Why would the makers of the film give it to an editor whose specialty is `saving" bad films, and then submit it to a "festival" that is the laughing-stock of the film industry? Because the film is a piece of dishonest, anti-Communist propaganda, as we will see.
"The hour-long film ... depends heavily on still photographs of emaciated children and bodies being carted away to recreate the conditions in Ukraine in 1932."
"There can be no question that without the films and photographs uncovered from the 1932-33 famine, the film would lose much of its authority." 6
In 1935, a certain "Thomas Walker" published a five-part story on the famine in the chain of newspapers owned by the fanatical anti-Communist and pro-fascist tycoon William Randolph Hearst. Accompanying the series were photographs, supposedly of starving Ukrainian peasants, which Walker claimed he had taken personally. In March 1935, Louis Fischer, then a pro-Soviet reporter for The Nation, expressed some doubts about "Walker's" photos: "Mr Walker's photographs could easily date back to the Volga famine in 1921. many of them might have been taken outside the Soviet Union. They were taken at different seasons of the year ... One picture includes trees or shrubs with large leaves. Such leaves could not have grown by the `late spring' of Mr. Walker's alleged visit. Other photographs show winter and early fall backgrounds. Here is the Journal [Hearst's New York City newspaper] of the twenty-seventh. a starving, bloated boy of fifteen calmly poses naked for Mr. Walker. The next minute, in the same village, Mr. Walker photographs a man who is obviously suffering from the cold despite his thick sheepskin overcoat. The weather that spring must have been as unreliable as Mr. Walker to allow nude poses one moment and require furs the next."7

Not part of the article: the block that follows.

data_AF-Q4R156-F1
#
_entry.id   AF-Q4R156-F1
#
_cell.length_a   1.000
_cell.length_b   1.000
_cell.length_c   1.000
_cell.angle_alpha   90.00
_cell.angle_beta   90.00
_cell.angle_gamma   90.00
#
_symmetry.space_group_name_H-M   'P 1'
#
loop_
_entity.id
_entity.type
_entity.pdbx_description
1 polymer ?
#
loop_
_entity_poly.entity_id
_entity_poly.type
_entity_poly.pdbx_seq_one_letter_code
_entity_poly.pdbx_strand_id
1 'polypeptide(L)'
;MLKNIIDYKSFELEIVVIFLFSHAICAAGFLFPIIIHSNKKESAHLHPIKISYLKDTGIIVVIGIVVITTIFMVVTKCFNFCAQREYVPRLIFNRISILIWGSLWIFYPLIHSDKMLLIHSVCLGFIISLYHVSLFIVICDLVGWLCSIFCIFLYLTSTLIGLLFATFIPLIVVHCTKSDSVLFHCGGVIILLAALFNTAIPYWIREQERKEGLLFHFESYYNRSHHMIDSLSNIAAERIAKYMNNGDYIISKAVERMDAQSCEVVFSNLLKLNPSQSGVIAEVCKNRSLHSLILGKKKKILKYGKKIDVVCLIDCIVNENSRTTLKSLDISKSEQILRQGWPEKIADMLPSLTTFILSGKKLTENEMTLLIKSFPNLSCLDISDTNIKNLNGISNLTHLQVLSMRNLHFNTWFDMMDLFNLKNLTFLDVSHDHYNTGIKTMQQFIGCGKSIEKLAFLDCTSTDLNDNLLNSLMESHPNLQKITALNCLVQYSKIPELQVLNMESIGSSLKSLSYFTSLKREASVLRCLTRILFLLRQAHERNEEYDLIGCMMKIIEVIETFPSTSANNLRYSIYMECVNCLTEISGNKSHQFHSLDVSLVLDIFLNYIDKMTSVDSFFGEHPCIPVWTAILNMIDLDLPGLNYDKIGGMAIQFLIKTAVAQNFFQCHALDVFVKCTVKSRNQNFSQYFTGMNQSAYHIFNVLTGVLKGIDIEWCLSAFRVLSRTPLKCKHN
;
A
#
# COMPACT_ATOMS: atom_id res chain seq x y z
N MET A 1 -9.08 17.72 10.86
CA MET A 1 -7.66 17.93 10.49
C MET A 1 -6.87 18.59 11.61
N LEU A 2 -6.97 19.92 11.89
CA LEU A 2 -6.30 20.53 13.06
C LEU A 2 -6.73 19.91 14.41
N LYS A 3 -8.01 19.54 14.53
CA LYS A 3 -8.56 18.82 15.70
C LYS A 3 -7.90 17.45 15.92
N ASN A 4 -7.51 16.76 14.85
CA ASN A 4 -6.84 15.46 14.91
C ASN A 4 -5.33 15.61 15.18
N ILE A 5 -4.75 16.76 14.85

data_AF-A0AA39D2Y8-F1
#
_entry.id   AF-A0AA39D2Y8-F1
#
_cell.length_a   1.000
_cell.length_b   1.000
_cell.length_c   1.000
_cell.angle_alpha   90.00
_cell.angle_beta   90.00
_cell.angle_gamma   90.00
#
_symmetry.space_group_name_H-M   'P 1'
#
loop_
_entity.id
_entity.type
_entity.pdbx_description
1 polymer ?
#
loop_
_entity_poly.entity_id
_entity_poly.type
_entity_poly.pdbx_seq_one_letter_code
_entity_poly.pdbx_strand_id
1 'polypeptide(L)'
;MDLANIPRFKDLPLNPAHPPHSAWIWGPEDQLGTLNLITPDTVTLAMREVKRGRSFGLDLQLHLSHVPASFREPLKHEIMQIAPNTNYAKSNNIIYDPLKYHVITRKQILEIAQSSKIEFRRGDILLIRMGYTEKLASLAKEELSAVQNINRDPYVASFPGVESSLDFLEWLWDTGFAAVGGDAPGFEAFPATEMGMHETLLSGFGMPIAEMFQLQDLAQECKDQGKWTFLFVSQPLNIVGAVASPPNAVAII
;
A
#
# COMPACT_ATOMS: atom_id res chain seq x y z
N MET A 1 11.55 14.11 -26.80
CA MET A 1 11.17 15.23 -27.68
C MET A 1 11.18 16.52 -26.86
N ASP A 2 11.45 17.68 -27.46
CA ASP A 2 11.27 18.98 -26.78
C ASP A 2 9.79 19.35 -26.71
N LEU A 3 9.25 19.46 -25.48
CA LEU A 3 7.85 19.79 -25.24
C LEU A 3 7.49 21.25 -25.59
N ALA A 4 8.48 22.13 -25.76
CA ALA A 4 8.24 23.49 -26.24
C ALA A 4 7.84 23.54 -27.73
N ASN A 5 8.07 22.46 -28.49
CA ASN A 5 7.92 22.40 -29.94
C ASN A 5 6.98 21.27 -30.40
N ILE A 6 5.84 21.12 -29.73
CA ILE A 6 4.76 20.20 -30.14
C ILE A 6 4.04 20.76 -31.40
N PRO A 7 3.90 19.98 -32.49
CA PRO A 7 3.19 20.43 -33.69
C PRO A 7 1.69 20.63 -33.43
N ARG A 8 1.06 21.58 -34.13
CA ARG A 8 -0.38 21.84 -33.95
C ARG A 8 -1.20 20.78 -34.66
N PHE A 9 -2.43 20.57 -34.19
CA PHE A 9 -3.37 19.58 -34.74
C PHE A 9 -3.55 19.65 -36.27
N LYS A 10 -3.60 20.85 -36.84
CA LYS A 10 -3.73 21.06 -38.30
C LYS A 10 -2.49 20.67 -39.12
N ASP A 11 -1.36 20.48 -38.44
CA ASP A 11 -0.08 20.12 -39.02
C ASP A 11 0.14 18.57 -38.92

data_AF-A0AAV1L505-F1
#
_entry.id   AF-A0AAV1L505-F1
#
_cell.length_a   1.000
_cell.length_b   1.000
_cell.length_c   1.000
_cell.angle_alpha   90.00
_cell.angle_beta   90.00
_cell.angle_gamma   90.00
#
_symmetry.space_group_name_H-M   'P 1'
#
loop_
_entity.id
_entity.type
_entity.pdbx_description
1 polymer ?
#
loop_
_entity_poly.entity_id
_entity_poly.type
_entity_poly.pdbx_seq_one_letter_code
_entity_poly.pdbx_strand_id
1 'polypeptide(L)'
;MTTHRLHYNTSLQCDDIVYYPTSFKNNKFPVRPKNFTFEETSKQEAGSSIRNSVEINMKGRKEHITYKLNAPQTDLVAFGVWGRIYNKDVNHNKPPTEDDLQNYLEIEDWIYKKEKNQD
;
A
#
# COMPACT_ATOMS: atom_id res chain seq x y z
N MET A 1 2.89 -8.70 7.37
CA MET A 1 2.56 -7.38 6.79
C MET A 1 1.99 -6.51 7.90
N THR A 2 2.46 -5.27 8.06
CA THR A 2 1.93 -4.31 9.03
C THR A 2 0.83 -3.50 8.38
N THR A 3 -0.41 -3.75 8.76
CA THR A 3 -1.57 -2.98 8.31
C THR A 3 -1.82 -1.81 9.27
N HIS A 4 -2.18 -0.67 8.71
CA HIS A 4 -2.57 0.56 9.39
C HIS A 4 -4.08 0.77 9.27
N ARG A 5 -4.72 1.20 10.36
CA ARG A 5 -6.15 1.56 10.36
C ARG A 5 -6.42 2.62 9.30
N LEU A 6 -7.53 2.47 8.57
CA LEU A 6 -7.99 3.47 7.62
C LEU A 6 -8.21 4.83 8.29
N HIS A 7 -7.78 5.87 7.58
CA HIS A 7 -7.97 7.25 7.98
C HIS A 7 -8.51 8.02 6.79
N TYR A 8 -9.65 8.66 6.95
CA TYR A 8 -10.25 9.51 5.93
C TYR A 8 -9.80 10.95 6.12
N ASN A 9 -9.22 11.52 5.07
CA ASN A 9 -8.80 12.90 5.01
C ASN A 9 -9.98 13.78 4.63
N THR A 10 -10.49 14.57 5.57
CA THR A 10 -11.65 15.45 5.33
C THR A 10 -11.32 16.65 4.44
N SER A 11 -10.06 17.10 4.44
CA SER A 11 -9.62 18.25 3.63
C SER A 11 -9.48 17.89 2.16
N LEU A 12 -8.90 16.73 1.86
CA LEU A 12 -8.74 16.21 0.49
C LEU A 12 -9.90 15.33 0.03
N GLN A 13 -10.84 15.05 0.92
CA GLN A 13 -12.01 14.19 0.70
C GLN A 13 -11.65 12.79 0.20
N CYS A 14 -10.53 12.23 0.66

The famine stories ran in the Hearst press in February, 1935. Fischer's rejection of them appear early in march. By July, "Thomas Walker" was in a New York City jail, under arrest as Robert Green, an escaped convict from Colorado, where he was returned to serve out his sentence. Green admitted his photos were frauds, not taken in the Ukraine nor by himself. This was reported in all the New York City newspapers. The Daily Worker, paper of the then- revolutionary Communist Party USA, ran two detailed series about "Walker"/Green and some other phony accounts of the famine from July-20, 1935.
On November 17, 1986, Douglas Tottle, a Canadian researcher, exposed the sources of some of the fraudulent photos at a School Board meeting in Toronto, where Ukrainian nationalists and other anti-communists were trying to get the film and a course based upon it into the Toronto high school curriculum.